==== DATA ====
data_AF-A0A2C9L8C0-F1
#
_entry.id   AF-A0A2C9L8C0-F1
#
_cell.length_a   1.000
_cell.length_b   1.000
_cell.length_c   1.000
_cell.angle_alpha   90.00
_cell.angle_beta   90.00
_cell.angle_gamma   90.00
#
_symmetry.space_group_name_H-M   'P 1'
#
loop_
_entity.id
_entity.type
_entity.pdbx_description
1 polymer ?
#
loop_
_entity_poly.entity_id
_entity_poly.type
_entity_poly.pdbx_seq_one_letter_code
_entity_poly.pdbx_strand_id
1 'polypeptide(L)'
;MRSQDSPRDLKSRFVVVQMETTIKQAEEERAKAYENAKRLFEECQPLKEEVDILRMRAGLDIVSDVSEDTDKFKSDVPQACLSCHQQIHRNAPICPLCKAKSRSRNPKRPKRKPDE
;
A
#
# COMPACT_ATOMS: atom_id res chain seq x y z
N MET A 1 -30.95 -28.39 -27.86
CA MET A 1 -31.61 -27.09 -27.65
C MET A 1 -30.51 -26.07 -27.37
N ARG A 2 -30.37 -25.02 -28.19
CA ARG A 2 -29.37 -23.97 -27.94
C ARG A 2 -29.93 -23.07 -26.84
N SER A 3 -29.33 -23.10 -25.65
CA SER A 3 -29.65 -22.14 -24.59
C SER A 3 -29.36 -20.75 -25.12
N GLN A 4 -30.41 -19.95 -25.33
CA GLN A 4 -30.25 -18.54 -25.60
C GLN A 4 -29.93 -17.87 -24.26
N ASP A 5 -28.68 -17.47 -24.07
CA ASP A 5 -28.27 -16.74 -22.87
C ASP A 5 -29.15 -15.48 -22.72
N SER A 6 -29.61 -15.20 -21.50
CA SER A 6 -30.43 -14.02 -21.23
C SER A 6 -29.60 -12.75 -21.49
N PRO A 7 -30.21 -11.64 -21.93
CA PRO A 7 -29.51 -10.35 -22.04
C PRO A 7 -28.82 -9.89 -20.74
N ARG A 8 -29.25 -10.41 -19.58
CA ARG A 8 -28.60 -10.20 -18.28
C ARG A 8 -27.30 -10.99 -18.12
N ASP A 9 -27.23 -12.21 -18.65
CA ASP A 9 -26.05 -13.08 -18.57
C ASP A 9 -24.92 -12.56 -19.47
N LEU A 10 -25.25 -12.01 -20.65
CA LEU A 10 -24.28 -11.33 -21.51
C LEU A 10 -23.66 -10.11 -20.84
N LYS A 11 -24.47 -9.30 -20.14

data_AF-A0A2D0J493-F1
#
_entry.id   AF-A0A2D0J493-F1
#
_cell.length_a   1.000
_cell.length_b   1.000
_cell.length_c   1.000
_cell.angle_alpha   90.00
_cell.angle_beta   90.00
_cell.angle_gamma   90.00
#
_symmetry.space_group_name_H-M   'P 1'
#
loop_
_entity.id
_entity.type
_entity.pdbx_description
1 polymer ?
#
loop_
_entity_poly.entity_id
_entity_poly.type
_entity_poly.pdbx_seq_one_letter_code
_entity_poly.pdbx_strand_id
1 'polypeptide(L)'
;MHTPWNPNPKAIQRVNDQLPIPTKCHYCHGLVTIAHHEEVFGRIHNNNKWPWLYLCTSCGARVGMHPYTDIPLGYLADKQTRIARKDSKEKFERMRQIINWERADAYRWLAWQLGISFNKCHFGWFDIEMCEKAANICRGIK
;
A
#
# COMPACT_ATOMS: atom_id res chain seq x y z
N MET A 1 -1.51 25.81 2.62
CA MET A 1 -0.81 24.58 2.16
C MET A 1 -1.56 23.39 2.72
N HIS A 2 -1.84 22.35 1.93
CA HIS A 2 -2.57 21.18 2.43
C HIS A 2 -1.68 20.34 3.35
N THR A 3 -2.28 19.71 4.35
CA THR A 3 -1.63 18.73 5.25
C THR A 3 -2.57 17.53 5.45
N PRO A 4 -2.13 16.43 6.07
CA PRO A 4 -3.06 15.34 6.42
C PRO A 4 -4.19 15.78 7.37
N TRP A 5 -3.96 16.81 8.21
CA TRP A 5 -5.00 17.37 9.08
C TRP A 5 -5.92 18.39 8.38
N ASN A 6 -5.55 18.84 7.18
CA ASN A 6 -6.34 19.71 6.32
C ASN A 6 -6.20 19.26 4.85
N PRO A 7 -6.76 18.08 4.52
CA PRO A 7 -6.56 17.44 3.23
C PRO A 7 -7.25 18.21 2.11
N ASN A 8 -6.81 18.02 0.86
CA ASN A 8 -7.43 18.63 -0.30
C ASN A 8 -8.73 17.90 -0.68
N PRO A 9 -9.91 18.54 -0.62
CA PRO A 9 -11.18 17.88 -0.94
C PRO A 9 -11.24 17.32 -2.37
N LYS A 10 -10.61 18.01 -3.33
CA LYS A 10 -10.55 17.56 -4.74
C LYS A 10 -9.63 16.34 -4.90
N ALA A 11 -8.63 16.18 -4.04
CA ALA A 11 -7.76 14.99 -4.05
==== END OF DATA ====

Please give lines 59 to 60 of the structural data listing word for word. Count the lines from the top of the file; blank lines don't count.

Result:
CA LEU A 10 -24.28 -11.33 -21.51
C LEU A 10 -23.66 -10.11 -20.84